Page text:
The city of the future is coming.

Back in April, reports surfaced suggesting that Google's Sidewalk Labs was planning to create its own high-tech, superconnected metropolis. The company, which Google formed in 2015 and soon spun off as a subsidiary, has the stated goal of "accelerat[ing] innovation in cities around the world."

Now, Sidewalk Labs is shedding more light on those plans. In a blog post yesterday, CEO Dan Doctoroff confirmed that the company is scouting locations for the city of the future, and might hold a competition to determine the eventual location.

Doctoroff writes that the project would serve to "explore coordinated solutions, showcase innovations, and establish models for others to follow." The city of the future, in Sidewalk Labs' view, would offer free high-speed Wi-Fi for all and would include automated trash systems, sustainable energy, and self-driving cars.

When applied on a citywide scale, Doctoroff says, these advancements could reduce greenhouse emissions by two-thirds and save the average resident an hour of time each day, due largely to transportation improvements.

Many of the urban improvements Sidewalk Labs envisions stem from autonomous driving. The company predicts this innovation will reduce the need for on-site storage, since people will be able to cheaply order goods on demand--thus meaning they require less living space and cheaper rents. And eliminating parking spaces would mean more outdoor open areas. "It would put everyone within a short walk of a park," Doctoroff writes.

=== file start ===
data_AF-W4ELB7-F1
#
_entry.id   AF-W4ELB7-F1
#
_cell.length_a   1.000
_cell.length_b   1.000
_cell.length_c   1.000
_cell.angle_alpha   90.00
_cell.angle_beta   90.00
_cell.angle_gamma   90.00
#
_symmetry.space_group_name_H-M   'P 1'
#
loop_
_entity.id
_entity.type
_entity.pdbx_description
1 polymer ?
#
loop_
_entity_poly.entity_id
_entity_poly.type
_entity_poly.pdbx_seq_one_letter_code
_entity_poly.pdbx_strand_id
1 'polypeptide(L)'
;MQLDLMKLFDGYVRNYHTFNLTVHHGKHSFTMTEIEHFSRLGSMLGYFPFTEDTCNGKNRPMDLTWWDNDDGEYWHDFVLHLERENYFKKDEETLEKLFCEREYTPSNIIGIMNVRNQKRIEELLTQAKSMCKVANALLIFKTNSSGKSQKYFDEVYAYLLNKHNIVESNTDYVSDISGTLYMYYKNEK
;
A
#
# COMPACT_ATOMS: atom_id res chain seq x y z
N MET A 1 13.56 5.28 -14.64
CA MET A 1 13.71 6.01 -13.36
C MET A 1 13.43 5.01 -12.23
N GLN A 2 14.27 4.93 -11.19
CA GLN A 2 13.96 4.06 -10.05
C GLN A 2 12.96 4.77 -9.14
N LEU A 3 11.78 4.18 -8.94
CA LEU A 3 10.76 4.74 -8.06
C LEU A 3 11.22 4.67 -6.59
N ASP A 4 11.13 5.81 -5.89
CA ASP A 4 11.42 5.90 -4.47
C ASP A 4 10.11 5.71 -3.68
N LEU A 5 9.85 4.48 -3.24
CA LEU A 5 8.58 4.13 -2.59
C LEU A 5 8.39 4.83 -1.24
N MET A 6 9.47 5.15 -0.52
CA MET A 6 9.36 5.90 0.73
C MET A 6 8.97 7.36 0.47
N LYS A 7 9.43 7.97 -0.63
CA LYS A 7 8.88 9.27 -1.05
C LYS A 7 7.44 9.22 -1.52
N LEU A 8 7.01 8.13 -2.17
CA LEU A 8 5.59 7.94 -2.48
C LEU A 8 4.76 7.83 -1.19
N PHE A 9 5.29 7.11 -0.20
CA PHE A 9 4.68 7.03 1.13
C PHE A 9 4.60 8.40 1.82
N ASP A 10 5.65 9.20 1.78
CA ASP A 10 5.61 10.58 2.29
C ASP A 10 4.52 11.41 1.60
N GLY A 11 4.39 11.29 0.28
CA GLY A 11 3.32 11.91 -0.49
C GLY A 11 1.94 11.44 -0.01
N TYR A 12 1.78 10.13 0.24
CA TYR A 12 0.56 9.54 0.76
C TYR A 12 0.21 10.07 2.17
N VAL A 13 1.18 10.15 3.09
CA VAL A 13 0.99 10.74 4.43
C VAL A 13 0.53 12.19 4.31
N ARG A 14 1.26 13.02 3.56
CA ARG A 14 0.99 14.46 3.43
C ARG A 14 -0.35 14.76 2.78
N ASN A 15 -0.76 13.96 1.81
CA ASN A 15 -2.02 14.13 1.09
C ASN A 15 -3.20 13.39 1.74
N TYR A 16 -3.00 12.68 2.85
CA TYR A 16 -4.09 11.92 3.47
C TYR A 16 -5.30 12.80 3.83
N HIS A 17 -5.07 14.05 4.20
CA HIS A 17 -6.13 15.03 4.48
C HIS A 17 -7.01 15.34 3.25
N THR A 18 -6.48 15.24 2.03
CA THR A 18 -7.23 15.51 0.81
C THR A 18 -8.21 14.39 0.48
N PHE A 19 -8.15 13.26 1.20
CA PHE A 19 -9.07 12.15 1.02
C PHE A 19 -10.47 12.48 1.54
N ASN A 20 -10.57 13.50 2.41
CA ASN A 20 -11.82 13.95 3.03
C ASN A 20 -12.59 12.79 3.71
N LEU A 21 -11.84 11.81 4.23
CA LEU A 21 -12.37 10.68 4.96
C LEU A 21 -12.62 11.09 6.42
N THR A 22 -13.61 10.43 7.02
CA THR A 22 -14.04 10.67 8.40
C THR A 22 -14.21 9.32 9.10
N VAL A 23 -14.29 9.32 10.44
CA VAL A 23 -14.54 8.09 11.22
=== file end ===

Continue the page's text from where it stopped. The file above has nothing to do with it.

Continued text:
The announcement coincides with Sidewalk Labs' one-year anniversary, but Doctoroff also draws on current events for its timing. "The recent U.S. election," he writes, "has left many urbanists wondering how much support the federal government will offer local government during the next administration." As such, he calls on local governments to bring technologists and urbanists together--a feat, he notes that's often easier said than done.

Sidewalk Labs is already speaking to mayors and city leaders about the project. Back in April, the Information reported that Denver and Detroit were the frontrunners. Google chose Kansas City as the flagship location for its Fiber project and has been installing broadband in the city since 2013, so it could make sense as a location, since much of the internet infrastructure is already in place.

Doctoroff noted that since rumors of the project began to fly this spring, the company has fielded inquiries from around the world. He did not specify whether the project will be limited to the United States.

Sidewalk Labs' first venture was to invest in LinkNYC, an effort to install internet hotspots throughout New York City. The kiosks, which began springing up late last year, provide Wi-Fi within a 150-foot radius.

As a first step for the feasibility study, Sidewalk Labs will create up to nine labs in urban areas, with specific focuses like public health and affordable, sustainable construction.

Correction: This post has been updated to clarify that Sidewalk Labs invested in LinkNYC to help install internet hotspots in New York City.